PMI, or Plus, Minus and Interesting, charts help you assess your options before you make decisions. The process forces you to evaluate the pros and cons of a specific decision in a balanced and impartial way. You give scores to positives, negatives and influencing factors and, at the end of the process, your final score tells you whether the decision is a good idea or not.
Use a piece of paper for an individual or family decision or a large marker board in a meeting room for a business team decision. At the top, write the idea, action, solution or change as the decision topic. Draw three columns below the topic and label the columns Plus, Minus and Interesting. Here's an example: TOPIC Plus | Minus | Interesting
Have every participant in the decision-making process list the positive and negative aspects of the topic, and write them in the appropriate column. Put anything that is not an obvious plus or minus in the Interesting column. Do not discuss items at this point. Just list them.
Review the items listed in the Plus and Minus columns and assign a numerical value to each on a scale of 1 to 5 (1 is the lowest score and 5 the highest). Mark scores in the Plus colum with a "+" and scores in the Minus column with a "-". For example, an item with a high benefit would score as a "+5" and one with a high negative would score as a "-5."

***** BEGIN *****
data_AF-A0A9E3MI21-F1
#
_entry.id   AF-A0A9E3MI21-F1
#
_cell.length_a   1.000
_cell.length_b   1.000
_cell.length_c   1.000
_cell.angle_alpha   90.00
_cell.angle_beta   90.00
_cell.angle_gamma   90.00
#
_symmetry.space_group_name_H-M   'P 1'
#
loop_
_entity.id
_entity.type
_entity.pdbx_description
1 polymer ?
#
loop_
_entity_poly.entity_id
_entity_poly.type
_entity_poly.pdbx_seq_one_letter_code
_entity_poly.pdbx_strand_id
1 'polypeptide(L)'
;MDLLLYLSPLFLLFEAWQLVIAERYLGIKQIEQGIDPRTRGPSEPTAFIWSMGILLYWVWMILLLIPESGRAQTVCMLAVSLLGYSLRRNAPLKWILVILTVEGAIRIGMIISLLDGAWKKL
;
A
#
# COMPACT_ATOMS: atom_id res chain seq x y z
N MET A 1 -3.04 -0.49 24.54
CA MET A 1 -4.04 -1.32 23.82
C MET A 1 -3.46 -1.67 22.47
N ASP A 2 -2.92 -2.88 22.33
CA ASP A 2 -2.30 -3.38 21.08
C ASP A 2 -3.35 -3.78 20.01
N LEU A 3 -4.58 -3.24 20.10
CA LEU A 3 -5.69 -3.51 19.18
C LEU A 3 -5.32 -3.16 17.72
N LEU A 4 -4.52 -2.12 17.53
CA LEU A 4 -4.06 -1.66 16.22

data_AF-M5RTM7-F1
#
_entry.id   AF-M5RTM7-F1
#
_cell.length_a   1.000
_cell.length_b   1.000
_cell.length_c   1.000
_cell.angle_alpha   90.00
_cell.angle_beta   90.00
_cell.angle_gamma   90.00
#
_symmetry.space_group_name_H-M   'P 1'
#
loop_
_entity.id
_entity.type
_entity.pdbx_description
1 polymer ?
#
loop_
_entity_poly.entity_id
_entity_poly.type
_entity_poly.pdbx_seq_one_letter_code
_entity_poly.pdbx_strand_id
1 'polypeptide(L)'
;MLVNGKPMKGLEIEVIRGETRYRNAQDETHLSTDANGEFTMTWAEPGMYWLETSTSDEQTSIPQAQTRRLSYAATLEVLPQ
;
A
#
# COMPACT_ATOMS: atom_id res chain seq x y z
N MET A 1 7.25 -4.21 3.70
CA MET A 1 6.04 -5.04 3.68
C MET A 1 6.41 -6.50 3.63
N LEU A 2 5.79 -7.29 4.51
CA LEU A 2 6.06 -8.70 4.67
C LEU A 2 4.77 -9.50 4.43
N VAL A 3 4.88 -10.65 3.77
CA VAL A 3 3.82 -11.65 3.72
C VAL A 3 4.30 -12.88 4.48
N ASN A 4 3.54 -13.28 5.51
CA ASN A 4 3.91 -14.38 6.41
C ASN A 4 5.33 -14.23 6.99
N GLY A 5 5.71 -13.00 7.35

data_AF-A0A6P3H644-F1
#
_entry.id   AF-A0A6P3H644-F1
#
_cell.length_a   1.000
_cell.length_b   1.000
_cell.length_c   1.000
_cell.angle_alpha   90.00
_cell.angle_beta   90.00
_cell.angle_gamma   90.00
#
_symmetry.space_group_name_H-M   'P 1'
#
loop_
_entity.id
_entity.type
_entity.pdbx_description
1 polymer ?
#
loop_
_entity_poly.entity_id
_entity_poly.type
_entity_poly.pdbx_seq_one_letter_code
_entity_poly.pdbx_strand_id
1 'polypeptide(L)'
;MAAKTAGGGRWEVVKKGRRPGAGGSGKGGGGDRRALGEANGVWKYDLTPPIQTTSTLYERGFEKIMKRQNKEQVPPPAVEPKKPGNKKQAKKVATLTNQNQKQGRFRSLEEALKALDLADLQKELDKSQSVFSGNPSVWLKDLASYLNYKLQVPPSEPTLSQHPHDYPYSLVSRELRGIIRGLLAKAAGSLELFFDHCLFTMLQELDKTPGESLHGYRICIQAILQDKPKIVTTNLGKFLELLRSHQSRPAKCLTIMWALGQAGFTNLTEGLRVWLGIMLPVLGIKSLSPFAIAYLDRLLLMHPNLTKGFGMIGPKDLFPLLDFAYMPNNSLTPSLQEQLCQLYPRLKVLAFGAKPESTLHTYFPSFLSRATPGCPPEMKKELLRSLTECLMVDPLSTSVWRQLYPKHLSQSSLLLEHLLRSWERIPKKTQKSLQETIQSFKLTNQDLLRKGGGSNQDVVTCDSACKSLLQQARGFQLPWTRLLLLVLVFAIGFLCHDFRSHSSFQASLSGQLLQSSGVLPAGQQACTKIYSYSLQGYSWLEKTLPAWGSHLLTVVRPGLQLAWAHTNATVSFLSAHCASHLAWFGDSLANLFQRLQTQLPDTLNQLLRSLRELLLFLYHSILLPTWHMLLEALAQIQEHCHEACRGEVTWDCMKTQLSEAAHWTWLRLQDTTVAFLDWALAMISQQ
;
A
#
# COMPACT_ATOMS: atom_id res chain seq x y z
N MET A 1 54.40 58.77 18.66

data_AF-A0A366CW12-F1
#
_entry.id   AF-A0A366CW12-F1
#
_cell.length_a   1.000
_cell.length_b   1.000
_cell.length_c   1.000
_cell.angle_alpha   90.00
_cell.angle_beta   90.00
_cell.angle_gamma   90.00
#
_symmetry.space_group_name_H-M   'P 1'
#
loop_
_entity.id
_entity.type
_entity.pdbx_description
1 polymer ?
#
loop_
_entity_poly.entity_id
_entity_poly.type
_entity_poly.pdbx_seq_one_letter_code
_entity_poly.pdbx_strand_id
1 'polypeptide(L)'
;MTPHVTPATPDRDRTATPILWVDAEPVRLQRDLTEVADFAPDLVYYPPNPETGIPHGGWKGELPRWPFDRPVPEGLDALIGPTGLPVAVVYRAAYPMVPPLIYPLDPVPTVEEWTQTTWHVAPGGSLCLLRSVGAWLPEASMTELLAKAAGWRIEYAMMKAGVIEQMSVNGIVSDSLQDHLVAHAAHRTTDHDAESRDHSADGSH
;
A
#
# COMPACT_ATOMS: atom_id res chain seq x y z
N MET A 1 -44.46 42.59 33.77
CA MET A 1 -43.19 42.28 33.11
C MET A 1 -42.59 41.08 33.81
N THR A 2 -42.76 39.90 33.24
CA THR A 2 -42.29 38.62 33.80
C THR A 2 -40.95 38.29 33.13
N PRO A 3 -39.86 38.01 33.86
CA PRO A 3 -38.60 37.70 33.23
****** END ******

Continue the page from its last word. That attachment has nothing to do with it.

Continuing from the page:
Look at the Interesting column to see if any item should be marked as a positive or negative value using the same scale. If no one feels that an item has a potential effect on the decision, give it a zero value. For example, in listing interesting items about a city where you are thinking of moving the family, you write “college town.” If someone in the family plans to take college courses in the next few years, that item may have a high positive. But, if the move is related to job availability to increase family income, having to compete with students for part-time jobs may make this a negative.
Total the items in each column, then add together the three totals. A negative total indicates that you should abandon the idea, action, solution or change. A positive total indicates that the decision is the a good one.
Shirley Lee has been writing on business and computer topics since 1987. Her articles have appeared in “Leadership Excellence,” “Office Pro,” and “Sales and Service Excellence” magazines and the “Journal for Quality and Participation.” She has a Bachelor of Arts in Business Administration from Dallas Baptist University.